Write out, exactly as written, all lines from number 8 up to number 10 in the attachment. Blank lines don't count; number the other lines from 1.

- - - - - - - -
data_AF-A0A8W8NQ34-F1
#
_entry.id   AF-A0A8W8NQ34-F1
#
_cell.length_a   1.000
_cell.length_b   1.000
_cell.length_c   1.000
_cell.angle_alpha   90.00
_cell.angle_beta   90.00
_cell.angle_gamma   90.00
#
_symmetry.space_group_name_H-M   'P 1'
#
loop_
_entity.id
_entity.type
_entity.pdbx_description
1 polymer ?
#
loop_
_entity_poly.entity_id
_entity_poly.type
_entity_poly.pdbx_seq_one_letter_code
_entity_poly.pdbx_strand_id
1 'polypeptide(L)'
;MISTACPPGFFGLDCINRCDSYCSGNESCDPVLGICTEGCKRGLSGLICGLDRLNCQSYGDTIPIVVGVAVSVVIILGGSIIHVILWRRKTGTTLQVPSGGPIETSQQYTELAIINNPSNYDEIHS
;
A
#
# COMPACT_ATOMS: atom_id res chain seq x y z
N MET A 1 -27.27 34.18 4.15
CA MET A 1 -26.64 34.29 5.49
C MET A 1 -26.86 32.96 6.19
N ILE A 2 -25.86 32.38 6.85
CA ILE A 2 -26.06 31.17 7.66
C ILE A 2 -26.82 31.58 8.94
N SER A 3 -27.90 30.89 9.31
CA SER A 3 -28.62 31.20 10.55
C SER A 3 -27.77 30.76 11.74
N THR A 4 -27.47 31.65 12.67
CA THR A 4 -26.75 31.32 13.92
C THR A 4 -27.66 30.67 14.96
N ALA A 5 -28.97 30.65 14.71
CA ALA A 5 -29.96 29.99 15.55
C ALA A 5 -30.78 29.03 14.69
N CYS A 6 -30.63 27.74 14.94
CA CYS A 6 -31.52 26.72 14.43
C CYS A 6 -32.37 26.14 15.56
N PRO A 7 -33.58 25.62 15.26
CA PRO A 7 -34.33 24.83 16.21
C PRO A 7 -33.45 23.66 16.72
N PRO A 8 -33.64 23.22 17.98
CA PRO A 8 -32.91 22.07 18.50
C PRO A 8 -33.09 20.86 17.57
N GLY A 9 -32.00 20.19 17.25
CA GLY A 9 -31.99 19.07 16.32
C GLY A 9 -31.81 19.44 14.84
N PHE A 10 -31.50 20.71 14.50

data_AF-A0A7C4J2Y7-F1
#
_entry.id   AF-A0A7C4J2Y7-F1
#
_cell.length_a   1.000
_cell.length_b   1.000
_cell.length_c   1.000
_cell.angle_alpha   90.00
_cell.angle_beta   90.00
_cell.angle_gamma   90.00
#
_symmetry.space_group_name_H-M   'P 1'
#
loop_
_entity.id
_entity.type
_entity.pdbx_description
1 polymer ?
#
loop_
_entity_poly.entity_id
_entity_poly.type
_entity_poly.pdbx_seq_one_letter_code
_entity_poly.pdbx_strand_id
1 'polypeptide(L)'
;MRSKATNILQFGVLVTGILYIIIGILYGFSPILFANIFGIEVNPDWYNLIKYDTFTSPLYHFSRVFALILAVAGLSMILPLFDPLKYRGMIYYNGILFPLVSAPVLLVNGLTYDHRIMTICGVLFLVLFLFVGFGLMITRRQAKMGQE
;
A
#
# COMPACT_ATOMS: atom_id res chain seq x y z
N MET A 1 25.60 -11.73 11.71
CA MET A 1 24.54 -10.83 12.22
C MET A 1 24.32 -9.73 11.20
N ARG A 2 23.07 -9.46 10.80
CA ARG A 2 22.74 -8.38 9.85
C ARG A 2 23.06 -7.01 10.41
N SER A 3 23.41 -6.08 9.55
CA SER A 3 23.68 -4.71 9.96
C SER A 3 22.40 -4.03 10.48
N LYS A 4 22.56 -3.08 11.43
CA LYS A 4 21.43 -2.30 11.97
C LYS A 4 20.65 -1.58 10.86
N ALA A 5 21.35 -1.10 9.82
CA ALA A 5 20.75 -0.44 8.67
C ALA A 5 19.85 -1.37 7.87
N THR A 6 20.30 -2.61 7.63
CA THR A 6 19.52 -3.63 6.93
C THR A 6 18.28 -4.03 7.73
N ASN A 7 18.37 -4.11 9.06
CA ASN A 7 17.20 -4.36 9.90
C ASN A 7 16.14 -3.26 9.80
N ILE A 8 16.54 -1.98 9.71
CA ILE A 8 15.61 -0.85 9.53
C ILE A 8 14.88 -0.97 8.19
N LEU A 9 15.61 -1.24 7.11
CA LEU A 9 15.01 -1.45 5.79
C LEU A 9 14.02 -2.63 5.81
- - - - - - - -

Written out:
_cell.angle_alpha   90.00
_cell.angle_beta   90.00
_cell.angle_gamma   90.00